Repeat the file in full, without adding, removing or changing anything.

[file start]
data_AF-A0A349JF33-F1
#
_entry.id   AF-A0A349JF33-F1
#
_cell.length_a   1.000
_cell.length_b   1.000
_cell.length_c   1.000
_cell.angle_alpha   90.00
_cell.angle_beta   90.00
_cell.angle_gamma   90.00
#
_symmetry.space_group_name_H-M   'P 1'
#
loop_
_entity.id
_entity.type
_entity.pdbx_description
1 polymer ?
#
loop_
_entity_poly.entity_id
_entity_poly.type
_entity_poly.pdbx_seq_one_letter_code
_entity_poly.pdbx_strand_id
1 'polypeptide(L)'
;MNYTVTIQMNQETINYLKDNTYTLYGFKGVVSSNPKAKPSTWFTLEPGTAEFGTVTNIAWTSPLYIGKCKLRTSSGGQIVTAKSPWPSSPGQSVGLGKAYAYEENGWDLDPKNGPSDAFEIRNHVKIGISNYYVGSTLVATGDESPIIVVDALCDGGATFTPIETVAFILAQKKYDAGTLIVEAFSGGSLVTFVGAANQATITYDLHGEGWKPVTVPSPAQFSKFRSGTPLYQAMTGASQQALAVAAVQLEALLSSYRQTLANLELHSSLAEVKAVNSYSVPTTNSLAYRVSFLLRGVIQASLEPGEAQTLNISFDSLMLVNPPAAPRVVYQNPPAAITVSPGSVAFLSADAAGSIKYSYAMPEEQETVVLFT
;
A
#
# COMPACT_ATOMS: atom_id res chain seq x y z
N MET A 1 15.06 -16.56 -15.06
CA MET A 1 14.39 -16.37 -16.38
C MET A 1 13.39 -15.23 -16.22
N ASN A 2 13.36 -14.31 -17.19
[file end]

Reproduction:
data_AF-A0A349JF33-F1
#
_entry.id   AF-A0A349JF33-F1
#
_cell.length_a   1.000
_cell.length_b   1.000
_cell.length_c   1.000
_cell.angle_alpha   90.00
_cell.angle_beta   90.00
_cell.angle_gamma   90.00
#
_symmetry.space_group_name_H-M   'P 1'
#
loop_
_entity.id
_entity.type
_entity.pdbx_description
1 polymer ?
#
loop_
_entity_poly.entity_id
_entity_poly.type
_entity_poly.pdbx_seq_one_letter_code
_entity_poly.pdbx_strand_id
1 'polypeptide(L)'
;MNYTVTIQMNQETINYLKDNTYTLYGFKGVVSSNPKAKPSTWFTLEPGTAEFGTVTNIAWTSPLYIGKCKLRTSSGGQIVTAKSPWPSSPGQSVGLGKAYAYEENGWDLDPKNGPSDAFEIRNHVKIGISNYYVGSTLVATGDESPIIVVDALCDGGATFTPIETVAFILAQKKYDAGTLIVEAFSGGSLVTFVGAANQATITYDLHGEGWKPVTVPSPAQFSKFRSGTPLYQAMTGASQQALAVAAVQLEALLSSYRQTLANLELHSSLAEVKAVNSYSVPTTNSLAYRVSFLLRGVIQASLEPGEAQTLNISFDSLMLVNPPAAPRVVYQNPPAAITVSPGSVAFLSADAAGSIKYSYAMPEEQETVVLFT
;
A
#
# COMPACT_ATOMS: atom_id res chain seq x y z
N MET A 1 15.06 -16.56 -15.06
CA MET A 1 14.39 -16.37 -16.38
C MET A 1 13.39 -15.23 -16.22
N ASN A 2 13.36 -14.31 -17.19